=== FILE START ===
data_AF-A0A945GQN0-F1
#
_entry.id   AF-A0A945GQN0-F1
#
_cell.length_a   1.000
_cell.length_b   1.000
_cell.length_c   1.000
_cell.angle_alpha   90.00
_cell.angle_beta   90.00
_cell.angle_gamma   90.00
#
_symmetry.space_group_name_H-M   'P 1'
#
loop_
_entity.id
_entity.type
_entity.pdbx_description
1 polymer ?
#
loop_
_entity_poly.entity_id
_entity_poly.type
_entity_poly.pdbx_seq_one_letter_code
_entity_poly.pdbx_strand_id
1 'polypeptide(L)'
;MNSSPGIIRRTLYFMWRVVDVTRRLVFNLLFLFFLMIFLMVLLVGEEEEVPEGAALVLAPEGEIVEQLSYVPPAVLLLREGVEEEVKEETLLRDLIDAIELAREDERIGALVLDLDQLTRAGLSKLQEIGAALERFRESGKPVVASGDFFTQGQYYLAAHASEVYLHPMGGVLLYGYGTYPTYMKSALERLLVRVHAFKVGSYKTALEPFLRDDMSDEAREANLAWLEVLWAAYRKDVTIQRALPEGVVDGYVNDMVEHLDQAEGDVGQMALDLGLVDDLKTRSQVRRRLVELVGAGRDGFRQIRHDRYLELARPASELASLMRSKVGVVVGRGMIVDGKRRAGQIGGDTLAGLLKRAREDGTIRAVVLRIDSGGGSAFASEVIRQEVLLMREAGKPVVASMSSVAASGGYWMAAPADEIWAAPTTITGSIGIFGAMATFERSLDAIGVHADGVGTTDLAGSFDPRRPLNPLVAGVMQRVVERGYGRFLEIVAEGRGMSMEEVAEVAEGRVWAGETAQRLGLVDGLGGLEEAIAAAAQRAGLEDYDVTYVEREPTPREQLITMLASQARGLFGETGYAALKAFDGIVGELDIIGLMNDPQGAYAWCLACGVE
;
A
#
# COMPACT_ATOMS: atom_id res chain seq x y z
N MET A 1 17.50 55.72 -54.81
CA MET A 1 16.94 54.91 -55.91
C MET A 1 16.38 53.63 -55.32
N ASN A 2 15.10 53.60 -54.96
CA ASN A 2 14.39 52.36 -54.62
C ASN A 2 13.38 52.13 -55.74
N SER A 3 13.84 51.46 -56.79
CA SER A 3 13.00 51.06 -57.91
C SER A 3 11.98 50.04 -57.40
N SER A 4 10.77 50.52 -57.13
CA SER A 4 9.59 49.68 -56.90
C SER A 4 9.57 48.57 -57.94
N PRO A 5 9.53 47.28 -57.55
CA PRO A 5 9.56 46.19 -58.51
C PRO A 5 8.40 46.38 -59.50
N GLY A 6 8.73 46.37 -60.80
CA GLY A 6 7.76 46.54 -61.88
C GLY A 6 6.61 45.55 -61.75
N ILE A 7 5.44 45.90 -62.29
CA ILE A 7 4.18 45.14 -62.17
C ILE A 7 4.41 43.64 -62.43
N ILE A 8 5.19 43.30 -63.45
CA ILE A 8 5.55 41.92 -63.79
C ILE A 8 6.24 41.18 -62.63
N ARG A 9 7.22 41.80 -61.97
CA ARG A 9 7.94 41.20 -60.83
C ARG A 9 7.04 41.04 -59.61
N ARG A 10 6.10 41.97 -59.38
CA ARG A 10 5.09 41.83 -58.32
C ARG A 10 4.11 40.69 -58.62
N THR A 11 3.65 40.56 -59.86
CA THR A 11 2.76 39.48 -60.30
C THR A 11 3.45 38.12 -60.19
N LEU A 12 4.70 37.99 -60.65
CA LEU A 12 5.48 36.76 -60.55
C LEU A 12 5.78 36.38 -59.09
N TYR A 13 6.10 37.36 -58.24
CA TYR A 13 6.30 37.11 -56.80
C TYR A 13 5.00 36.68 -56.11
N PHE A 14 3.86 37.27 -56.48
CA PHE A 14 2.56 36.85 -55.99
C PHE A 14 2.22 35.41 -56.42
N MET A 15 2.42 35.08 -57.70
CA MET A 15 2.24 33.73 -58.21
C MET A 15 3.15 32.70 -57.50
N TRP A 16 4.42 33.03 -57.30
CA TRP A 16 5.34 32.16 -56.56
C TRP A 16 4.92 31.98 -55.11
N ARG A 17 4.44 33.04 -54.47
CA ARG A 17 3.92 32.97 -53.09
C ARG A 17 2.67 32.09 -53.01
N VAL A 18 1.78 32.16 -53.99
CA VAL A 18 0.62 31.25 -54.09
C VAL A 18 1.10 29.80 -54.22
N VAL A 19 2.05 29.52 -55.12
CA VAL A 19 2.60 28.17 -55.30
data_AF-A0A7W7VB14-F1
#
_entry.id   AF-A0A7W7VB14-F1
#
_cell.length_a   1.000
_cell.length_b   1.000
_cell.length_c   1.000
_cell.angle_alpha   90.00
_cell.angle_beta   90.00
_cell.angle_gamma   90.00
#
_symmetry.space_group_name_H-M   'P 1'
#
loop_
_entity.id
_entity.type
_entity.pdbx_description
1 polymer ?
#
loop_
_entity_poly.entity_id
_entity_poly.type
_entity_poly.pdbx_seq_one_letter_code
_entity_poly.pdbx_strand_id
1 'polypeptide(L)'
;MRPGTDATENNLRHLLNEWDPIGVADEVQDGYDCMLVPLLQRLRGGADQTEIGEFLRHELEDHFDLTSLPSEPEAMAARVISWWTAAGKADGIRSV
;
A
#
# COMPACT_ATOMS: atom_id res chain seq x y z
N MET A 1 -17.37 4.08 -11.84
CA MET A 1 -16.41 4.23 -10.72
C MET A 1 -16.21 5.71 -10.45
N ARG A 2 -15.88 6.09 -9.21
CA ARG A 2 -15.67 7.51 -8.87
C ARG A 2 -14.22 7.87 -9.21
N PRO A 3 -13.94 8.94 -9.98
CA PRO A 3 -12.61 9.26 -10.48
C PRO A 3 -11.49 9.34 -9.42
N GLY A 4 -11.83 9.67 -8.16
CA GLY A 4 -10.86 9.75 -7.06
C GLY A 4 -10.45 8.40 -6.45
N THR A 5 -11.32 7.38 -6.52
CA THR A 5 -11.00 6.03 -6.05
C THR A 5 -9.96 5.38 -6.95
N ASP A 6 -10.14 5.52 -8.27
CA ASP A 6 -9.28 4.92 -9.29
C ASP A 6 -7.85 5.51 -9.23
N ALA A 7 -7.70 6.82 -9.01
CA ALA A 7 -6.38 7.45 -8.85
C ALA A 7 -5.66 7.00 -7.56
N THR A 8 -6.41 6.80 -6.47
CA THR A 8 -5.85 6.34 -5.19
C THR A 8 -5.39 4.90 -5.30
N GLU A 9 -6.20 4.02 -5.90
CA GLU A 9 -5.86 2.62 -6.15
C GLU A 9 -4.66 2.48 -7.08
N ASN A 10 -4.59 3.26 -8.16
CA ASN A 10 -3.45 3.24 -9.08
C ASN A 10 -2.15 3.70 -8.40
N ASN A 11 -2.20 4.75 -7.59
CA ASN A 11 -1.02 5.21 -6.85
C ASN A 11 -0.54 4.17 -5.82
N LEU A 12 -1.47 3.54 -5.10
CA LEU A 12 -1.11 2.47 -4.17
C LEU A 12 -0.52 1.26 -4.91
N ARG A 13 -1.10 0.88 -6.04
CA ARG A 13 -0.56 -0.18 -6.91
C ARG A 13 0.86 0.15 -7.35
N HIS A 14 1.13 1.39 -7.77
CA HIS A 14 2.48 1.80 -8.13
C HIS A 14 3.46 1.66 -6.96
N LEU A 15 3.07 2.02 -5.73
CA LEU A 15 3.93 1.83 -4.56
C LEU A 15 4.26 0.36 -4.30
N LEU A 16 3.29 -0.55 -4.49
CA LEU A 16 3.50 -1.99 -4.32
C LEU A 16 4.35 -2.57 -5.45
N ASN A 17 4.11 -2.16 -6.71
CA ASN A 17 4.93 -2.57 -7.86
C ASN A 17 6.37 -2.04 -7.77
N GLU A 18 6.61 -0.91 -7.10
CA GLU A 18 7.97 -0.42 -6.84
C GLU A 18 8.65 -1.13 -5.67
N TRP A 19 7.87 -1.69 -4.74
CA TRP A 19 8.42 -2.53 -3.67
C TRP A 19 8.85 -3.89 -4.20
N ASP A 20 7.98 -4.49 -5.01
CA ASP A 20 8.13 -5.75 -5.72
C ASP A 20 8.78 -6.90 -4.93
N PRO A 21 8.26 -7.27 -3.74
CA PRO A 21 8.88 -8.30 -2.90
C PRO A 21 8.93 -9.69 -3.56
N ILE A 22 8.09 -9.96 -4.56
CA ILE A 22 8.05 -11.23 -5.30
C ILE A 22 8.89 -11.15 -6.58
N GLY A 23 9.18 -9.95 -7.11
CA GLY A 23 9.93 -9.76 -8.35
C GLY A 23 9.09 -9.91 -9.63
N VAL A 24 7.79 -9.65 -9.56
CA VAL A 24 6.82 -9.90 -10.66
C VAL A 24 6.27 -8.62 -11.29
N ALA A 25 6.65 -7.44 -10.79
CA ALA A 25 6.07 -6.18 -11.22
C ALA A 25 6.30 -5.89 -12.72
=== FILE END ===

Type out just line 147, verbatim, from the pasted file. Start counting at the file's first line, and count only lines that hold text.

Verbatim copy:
N ASN A 11 -2.20 4.75 -7.59